Section 45 Companies Act – Financial Assistance

Mar 18, 2020 | CoSec Blog

Section 45 is not a new section of the Companies Act. However, CIPC now requires you to note your compliance with this section as part of the new CIPC Compliance Checklist. It is a punitive section and can result in personal liability for the directors of a company or the members of a Close Corporation.

The directors may authorise the company to provide direct or indirect financial assistance to a director, prescribed officer of the company or of a related or inter-related company, or to a related or inter-related company or corporation, or to a person related to any such company, corporation, director, prescribed officer or member, unless the company’s MOI provides otherwise.

Financial Assistance includes lending of money, guaranteeing of a loan or other obligation and securing any debt or obligation.

The Directors may not authorise any financial assistance unless:

  1. The provision for financial assistance is pursuant to:
  • an employee share scheme that satisfies the requirement of Section 97; or
  • a special resolution of shareholders, adopted within the previous two years, which approved such assistance (either for a specific recipient or a specific category of recipients).

2. The Directors are satisfied that immediately after providing financial assistance the company would satisfy the solvency and liquidity test. Solvency relates to the assets of the company, fairly valued, being equal to or exceeding the liabilities of the company. Liquidity relates to the company being able to pay its debts as they become due in the ordinary course of business for a period of 12 months.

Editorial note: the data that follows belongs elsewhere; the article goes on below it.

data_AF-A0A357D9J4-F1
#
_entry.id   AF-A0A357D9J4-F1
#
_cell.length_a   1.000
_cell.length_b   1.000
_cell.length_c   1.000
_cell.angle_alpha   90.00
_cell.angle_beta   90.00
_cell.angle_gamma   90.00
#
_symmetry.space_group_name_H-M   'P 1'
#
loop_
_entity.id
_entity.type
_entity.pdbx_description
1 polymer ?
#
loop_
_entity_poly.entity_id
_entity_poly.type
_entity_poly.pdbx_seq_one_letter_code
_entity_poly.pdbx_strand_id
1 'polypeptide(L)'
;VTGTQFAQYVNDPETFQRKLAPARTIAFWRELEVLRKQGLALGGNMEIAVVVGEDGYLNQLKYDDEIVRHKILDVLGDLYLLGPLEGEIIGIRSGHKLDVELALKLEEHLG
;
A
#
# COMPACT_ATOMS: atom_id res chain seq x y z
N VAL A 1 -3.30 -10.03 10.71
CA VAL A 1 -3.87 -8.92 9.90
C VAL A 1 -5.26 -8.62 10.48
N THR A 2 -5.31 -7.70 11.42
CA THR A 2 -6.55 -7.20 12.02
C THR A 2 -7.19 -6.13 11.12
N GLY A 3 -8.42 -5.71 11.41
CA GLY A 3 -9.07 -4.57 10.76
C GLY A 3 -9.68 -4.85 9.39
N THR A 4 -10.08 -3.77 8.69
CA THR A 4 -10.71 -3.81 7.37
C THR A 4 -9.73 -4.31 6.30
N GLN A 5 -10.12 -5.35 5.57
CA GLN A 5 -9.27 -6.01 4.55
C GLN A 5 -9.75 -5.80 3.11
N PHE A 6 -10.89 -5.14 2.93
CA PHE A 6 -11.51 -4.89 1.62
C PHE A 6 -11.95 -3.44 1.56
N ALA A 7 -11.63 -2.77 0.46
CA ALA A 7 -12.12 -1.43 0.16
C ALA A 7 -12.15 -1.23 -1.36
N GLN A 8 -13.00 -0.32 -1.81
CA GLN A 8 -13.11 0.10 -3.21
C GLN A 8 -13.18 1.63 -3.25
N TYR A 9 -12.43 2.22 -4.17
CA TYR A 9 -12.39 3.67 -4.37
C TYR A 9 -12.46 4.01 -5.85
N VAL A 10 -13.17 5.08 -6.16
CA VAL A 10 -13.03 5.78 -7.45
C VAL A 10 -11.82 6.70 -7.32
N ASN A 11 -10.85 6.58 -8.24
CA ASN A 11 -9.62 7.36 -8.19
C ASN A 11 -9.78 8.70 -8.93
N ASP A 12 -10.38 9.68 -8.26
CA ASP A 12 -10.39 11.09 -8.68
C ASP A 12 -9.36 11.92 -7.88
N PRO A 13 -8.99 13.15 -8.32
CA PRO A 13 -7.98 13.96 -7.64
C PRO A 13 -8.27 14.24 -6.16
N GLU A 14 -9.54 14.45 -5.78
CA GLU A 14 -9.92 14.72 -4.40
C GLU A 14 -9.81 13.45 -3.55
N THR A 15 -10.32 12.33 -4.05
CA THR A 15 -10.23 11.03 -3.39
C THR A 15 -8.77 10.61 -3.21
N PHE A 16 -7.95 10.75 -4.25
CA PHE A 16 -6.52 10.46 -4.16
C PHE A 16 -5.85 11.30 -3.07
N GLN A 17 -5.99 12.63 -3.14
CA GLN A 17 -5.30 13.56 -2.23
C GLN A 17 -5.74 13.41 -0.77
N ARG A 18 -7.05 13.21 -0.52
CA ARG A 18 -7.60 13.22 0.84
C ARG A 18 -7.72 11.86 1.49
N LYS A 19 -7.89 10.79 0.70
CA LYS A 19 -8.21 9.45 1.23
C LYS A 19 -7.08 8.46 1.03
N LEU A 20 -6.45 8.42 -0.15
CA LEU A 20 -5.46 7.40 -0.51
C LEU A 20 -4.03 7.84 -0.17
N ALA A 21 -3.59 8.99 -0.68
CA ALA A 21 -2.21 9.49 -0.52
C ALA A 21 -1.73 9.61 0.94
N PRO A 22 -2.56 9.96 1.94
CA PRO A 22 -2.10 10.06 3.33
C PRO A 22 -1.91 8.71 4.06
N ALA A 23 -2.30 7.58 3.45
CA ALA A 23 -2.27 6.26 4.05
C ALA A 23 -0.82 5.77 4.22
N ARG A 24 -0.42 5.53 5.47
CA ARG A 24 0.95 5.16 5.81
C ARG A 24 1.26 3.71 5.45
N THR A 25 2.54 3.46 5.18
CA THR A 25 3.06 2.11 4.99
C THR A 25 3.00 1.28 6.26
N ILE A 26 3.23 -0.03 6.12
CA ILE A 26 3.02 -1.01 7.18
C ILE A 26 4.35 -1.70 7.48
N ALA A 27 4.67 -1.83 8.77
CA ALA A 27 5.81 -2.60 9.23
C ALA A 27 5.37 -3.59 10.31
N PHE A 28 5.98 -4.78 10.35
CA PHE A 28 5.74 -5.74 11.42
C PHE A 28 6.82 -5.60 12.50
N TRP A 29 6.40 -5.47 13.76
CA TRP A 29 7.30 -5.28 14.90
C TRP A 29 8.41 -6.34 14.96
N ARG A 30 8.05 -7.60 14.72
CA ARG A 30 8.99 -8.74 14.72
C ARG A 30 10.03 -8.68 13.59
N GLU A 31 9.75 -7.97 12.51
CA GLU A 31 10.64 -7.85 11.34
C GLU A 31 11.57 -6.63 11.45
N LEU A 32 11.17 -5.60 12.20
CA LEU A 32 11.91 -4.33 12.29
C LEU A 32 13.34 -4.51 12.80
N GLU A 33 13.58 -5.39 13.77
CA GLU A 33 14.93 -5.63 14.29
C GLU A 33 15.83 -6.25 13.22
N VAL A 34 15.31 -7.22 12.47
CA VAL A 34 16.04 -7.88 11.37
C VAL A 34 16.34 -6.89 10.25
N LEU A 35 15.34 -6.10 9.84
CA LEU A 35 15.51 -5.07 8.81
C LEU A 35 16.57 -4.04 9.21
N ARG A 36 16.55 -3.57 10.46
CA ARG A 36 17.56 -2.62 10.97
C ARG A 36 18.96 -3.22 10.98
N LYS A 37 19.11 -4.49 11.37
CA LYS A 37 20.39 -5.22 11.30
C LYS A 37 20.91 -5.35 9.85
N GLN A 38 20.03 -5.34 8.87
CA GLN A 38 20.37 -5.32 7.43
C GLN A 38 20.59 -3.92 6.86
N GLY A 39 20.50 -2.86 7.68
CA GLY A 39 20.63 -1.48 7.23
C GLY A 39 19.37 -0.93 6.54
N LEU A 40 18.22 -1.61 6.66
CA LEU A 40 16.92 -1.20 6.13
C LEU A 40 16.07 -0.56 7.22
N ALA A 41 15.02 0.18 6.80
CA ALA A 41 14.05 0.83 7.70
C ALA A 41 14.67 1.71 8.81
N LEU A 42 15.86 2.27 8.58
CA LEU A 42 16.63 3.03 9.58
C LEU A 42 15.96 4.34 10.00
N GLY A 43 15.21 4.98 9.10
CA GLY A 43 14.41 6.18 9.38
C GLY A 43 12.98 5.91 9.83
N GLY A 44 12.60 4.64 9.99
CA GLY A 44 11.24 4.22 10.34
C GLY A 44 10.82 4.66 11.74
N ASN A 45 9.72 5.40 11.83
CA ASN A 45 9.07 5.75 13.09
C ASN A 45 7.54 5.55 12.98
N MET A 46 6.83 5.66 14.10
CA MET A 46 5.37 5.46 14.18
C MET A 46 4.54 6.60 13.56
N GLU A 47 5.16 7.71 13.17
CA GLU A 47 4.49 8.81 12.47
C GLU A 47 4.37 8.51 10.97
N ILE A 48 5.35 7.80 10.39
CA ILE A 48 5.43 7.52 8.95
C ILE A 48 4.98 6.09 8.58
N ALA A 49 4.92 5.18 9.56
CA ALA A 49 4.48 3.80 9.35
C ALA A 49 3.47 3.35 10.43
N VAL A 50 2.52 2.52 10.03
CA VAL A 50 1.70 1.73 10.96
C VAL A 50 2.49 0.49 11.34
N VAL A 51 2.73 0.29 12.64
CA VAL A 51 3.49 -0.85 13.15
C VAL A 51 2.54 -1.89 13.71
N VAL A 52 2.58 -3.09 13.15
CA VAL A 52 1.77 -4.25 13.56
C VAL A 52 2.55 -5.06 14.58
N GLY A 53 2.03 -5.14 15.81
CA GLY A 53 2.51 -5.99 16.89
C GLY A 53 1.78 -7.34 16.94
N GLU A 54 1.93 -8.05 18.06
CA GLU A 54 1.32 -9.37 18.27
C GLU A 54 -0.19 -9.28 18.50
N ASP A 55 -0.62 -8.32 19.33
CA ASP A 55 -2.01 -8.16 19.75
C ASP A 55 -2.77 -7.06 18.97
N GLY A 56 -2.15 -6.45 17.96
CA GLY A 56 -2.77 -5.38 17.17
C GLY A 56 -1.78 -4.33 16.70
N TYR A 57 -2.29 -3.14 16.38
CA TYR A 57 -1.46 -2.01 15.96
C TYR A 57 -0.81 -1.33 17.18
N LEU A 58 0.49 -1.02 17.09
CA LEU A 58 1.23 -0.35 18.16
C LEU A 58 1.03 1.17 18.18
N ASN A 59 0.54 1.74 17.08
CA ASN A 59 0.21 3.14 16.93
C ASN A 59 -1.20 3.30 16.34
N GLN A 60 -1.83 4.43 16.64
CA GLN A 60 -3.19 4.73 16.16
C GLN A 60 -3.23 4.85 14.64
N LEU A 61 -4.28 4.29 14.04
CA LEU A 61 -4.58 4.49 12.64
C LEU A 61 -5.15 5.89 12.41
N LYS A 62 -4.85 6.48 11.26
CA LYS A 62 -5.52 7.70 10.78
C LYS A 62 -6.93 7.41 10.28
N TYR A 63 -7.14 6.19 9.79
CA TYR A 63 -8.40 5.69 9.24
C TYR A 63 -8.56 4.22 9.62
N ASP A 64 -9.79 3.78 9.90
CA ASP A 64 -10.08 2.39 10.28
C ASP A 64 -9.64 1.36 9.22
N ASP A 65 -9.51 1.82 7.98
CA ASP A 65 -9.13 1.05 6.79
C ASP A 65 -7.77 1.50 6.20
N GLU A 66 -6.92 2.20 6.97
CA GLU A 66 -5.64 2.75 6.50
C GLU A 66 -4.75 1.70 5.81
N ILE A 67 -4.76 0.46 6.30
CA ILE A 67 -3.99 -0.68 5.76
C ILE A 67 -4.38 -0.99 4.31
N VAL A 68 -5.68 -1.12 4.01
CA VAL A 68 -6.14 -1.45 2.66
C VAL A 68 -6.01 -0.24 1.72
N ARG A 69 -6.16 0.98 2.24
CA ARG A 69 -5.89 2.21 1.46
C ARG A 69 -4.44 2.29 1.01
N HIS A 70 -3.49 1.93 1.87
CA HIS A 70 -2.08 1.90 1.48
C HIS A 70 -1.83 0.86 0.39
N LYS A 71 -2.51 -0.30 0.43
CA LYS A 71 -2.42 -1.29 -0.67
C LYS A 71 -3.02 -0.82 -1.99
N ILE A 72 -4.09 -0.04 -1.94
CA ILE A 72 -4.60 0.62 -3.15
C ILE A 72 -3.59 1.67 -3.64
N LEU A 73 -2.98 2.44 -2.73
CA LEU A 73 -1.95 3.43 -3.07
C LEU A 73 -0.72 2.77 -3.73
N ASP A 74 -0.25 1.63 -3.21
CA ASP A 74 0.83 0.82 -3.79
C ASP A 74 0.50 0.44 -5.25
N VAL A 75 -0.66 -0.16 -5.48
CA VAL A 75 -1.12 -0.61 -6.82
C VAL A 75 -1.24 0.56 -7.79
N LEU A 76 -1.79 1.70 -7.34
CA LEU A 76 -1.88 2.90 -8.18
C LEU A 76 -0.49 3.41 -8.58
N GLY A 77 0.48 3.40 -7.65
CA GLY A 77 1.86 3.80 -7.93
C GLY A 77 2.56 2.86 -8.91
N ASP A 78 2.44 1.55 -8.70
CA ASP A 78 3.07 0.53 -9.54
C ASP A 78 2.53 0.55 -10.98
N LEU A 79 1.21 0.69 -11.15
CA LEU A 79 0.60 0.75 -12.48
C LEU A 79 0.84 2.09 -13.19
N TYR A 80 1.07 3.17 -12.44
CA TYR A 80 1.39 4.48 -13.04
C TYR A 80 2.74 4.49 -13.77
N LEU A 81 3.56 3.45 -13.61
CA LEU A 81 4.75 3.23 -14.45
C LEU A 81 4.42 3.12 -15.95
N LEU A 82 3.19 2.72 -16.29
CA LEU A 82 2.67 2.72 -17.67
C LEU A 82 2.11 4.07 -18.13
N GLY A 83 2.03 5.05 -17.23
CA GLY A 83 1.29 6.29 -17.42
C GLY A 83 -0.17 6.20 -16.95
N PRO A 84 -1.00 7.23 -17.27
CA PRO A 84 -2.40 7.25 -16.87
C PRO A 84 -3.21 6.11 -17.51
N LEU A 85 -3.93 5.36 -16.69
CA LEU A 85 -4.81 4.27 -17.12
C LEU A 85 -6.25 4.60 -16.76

Despite the shareholders adopting a special resolution within the previous two years, the Directors are still required to adopt a resolution authorising the financial assistance and confirm that the company will satisfy the solvency and liquidity test.  The Directors must then provide written notice of that resolution to all shareholders (unless every shareholder is also a director) and to any trade union representing its employees (if applicable) –

  1. within 10 business days after the directors adopt the resolution, if the total value of that financial assistance together with any other financial assistance provided during that financial year, exceeds 0.1% of the company’s net worth at the time of the resolution; or
  2. within 30 business days after the end of the financial year, in any other case.

Should the above steps not be followed (Shareholders Special Resolution, Directors resolution and notice of such resolution to Shareholders and any trade union), such resolution or agreement to provide financial assistance is void and the director(s) would be liable for any loss if the director(s):

  1. were present at the meeting when the directors approved the resolution/agreement, or participated in the making of such a decision; and
  2. failed to vote against the resolution/agreement.

We highly recommend that all shareholders adopt a special resolution every two years to allow the directors the flexibility to manage the affairs of the company without facing the risk of personal liability. The directors will need to ensure that the company meets the solvency and liquidity requirements after every transaction to avoid personal liability.

Please contact Stephanie Phillips at our offices should you have any queries.

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